Symptoms Can Vary
Not all heart attacks begin with the sudden, crushing chest pain that often is shown on TV or in the movies. The warning signs and symptoms of a heart attack aren't the same for everyone. Many heart attacks start slowly as mild pain or discomfort. Some people don't have symptoms at all. Heart attacks that occur without any symptoms or very mild symptoms are called silent heart attacks.
However, some people may have a pattern of symptoms that recur. The more signs and symptoms you have, the more likely it is that you're having a heart attack
If you have a second heart attack, your symptoms may not be the same as the first heart attack.
Here are common signs and symptoms of a heart attack.
Chest Pain or Discomfort
The most common symptom of heart attack is chest pain or discomfort. Chest pain or discomfort that doesn't go away or changes from its usual pattern (for example, occurs more often or while you're resting) can be a sign of a heart attack.
Most heart attacks involve discomfort in the center of the chest that lasts for more than a few minutes or goes away and comes back. The discomfort can feel like uncomfortable pressure, squeezing, fullness, or pain. It can be mild or severe. Heart attack pain can sometimes feel like indigestion or heartburn. All chest pain should be checked by a doctor.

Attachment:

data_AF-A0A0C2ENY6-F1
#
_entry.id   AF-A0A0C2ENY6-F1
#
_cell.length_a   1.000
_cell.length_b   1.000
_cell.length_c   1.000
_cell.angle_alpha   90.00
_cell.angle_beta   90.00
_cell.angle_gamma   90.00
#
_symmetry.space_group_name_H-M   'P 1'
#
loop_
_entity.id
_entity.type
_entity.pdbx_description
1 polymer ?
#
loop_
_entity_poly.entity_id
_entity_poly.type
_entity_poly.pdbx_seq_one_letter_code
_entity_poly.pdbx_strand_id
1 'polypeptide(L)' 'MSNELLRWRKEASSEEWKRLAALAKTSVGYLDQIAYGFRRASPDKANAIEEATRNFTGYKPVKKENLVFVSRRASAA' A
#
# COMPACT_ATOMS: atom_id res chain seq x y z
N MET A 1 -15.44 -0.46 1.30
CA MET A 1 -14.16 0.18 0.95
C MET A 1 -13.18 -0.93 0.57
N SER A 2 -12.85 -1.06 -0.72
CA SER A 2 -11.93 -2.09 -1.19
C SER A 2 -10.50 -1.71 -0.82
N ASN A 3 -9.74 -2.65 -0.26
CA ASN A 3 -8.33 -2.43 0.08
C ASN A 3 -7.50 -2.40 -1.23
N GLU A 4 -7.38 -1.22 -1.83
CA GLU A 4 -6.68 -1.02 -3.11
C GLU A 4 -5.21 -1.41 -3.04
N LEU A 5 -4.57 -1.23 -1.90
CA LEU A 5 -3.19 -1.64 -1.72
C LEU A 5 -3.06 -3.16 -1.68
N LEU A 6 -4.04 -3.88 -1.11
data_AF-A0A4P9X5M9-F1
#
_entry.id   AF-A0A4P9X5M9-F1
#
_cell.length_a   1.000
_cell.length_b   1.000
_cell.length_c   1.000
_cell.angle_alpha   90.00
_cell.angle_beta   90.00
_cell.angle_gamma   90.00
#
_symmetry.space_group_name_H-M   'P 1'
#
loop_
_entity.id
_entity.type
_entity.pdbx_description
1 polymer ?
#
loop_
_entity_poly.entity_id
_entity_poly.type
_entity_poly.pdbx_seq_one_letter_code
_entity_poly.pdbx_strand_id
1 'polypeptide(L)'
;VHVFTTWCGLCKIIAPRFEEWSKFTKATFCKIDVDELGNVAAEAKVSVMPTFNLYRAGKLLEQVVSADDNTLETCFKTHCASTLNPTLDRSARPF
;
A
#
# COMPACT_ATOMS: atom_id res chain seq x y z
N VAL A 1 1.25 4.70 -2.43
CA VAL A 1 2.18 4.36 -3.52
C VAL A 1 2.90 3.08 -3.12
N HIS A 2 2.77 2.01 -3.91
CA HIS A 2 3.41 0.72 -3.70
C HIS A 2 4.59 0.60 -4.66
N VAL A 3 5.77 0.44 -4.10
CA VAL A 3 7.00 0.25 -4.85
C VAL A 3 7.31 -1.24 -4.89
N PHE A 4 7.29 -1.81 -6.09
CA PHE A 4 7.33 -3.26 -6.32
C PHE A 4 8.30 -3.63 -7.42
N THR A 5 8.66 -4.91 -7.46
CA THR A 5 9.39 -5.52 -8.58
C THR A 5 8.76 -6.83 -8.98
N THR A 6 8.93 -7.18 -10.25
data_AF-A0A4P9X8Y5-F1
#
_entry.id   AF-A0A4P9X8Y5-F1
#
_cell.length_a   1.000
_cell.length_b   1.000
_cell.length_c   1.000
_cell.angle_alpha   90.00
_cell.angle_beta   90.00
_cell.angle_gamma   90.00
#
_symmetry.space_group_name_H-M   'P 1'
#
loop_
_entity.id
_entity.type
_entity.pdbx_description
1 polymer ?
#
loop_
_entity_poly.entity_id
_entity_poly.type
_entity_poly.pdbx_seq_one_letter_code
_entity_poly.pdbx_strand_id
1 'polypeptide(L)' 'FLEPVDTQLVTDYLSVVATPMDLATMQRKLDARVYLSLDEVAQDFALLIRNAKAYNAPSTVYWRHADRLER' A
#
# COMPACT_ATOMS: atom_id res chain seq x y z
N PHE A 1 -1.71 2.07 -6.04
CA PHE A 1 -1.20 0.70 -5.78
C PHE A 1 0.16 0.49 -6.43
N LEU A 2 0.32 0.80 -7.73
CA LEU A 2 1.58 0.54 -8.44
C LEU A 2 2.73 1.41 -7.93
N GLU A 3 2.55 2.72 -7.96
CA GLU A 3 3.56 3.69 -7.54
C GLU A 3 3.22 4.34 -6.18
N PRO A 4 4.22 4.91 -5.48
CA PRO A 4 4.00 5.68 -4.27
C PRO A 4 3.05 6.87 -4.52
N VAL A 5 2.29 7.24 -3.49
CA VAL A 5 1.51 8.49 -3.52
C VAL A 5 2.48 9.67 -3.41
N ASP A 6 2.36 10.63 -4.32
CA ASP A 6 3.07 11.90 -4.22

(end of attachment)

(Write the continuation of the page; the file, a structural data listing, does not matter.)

Other Upper Body Discomfort
Discomfort can also occur in other areas of the upper body, including pain or numbness in one or both arms, the back, neck, jaw or stomach.
Shortness of Breath
Shortness of breath often happens along with, or before chest discomfort.
Other symptoms may include
- breaking out in a cold sweat
- having nausea and vomiting
- feeling light-headed or dizzy
- sleep problems
- lack of energy.
Angina or a Heart Attack?
Angina is chest pain or discomfort that occurs if an area of your heart muscle doesn't get enough oxygen-rich blood. Angina occurs in people who have coronary heart disease, usually when they're active. Angina symptoms can be very similar to heart attack symptoms. Angina pain usually lasts for only a few minutes and goes away with rest. If you think you may be having a heart attack, or if your angina pain does not go away as usual when you take your angina medication as directed, call 9-1-1 for help. You can begin to receive life saving treatment in the ambulance on the way to the emergency room.